Many organized trips to Israel like ours cover the three regions of the country; the north, the south, and the central region, which includes Jerusalem and its surroundings. We spent the first four and last three days of our trip in and around Jerusalem, and that’s what I’ll walk you through in this post. Stay tuned for the others!

We hit the ground running after a 12-hour flight that landed at Ben Gurion International Airport at 6:30am! Despite kids’ pleas to go to bed, we headed to Neot Kedumim, a biblical garden and land reserve that highlights animals, plants, and plant products mentioned in the Old Testament.

 

Highlights included herding sheep . . .

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. . . and planting trees, a vital part of every first trip to Israel as a way of “giving back” to the land and contributing to its continued prosperity.

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It was the first trip to Israel for many of our students and we spent some time singing and celebrating on the Talpiyot Promenade that overlooks the Old City.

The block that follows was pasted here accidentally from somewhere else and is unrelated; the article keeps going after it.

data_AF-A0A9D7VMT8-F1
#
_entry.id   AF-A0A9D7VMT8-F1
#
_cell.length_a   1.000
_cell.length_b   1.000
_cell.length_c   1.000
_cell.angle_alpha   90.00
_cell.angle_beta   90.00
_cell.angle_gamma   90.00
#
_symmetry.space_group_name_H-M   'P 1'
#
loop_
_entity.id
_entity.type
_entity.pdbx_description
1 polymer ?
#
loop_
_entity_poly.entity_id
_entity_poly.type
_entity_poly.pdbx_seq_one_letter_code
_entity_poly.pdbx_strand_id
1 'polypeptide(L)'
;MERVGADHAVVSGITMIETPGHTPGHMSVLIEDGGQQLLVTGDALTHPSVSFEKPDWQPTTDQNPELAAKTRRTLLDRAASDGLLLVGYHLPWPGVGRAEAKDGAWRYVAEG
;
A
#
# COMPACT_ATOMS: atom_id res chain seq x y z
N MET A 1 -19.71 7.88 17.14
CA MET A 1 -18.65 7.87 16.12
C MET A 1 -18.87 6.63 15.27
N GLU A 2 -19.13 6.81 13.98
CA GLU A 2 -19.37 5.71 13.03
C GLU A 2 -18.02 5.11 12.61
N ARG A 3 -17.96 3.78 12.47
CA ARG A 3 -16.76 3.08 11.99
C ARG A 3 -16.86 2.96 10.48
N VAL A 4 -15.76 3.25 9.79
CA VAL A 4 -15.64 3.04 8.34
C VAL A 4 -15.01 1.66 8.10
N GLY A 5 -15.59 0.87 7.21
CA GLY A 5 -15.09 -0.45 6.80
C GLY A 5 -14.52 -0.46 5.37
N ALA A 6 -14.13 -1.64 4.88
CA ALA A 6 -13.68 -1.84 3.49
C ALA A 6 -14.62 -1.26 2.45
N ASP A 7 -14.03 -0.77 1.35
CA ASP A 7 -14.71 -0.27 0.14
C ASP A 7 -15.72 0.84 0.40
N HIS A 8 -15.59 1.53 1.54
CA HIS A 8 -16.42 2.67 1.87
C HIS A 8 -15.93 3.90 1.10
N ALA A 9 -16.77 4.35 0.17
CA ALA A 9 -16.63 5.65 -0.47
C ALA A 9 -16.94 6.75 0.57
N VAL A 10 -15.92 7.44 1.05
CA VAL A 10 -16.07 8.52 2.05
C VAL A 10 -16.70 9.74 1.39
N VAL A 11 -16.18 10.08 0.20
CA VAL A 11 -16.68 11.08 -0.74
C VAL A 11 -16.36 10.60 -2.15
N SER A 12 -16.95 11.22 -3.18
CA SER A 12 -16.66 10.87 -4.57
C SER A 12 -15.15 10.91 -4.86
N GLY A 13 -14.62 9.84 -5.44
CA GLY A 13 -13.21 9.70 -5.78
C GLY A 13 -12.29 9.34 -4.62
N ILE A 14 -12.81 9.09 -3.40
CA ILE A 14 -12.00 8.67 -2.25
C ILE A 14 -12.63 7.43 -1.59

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This was also a perfect location to experience some of Israel’s idiosyncratic juxtapositions of religious and modern life.

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We spent most of the following morning at the City of David, the archaeological sites that date back to the Second Temple period (about 530 BCE-70 CE). Attractions included a walk through Hezekiah’s Water Tunnel, an underground tunnel built in the 8th century to protect Jerusalem’s water from Assyrian invaders. As it was a bit chilly that day, I opted to wait outside and take pictures overlooking the Old City, but my students said it was a lot of fun.

 

We also visited the Davidson Center, which is a museum dedicated to the ongoing archaeological excavations around the Temple Mount area of the Old City.

 

No visit to Jerusalem, at least for Jews, is complete without a visit to the Kotel, or Western Wall, part of the ancient retaining wall of the Second Temple. Most of the wall is reserved for men and therefore all of my pictures come from the women’s section. The segregation irritated me more this time than it has in past visits to Israel. There’s something truly fundamentally wrong with separating men and women because of invented notions of purity.